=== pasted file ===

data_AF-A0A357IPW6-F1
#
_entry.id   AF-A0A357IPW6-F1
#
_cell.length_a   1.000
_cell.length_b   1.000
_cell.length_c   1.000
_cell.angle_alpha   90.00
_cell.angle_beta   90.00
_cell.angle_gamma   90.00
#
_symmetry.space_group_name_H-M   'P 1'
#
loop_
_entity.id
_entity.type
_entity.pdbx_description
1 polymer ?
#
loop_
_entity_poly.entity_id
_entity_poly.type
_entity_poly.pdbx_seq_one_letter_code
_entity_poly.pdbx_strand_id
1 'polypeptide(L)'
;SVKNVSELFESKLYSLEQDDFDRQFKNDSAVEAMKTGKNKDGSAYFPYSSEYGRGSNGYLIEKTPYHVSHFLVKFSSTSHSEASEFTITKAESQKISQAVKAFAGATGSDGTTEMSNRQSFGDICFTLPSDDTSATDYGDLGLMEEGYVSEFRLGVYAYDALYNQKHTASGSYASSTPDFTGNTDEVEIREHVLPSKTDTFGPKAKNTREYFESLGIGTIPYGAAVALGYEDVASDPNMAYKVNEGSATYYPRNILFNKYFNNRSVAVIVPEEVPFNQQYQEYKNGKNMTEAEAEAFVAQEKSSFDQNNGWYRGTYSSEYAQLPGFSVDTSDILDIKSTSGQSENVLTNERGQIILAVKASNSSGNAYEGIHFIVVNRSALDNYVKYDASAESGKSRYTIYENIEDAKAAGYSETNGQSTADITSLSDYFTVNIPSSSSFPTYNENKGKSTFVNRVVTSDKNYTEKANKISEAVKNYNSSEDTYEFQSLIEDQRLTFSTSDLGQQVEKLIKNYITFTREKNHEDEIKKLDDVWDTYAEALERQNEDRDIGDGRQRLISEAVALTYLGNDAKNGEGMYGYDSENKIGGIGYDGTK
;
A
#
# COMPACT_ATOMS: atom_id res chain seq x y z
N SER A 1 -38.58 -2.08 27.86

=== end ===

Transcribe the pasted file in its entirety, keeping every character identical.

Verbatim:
data_AF-A0A357IPW6-F1
#
_entry.id   AF-A0A357IPW6-F1
#
_cell.length_a   1.000
_cell.length_b   1.000
_cell.length_c   1.000
_cell.angle_alpha   90.00
_cell.angle_beta   90.00
_cell.angle_gamma   90.00
#
_symmetry.space_group_name_H-M   'P 1'
#
loop_
_entity.id
_entity.type
_entity.pdbx_description
1 polymer ?
#
loop_
_entity_poly.entity_id
_entity_poly.type
_entity_poly.pdbx_seq_one_letter_code
_entity_poly.pdbx_strand_id
1 'polypeptide(L)'
;SVKNVSELFESKLYSLEQDDFDRQFKNDSAVEAMKTGKNKDGSAYFPYSSEYGRGSNGYLIEKTPYHVSHFLVKFSSTSHSEASEFTITKAESQKISQAVKAFAGATGSDGTTEMSNRQSFGDICFTLPSDDTSATDYGDLGLMEEGYVSEFRLGVYAYDALYNQKHTASGSYASSTPDFTGNTDEVEIREHVLPSKTDTFGPKAKNTREYFESLGIGTIPYGAAVALGYEDVASDPNMAYKVNEGSATYYPRNILFNKYFNNRSVAVIVPEEVPFNQQYQEYKNGKNMTEAEAEAFVAQEKSSFDQNNGWYRGTYSSEYAQLPGFSVDTSDILDIKSTSGQSENVLTNERGQIILAVKASNSSGNAYEGIHFIVVNRSALDNYVKYDASAESGKSRYTIYENIEDAKAAGYSETNGQSTADITSLSDYFTVNIPSSSSFPTYNENKGKSTFVNRVVTSDKNYTEKANKISEAVKNYNSSEDTYEFQSLIEDQRLTFSTSDLGQQVEKLIKNYITFTREKNHEDEIKKLDDVWDTYAEALERQNEDRDIGDGRQRLISEAVALTYLGNDAKNGEGMYGYDSENKIGGIGYDGTK
;
A
#
# COMPACT_ATOMS: atom_id res chain seq x y z
N SER A 1 -38.58 -2.08 27.86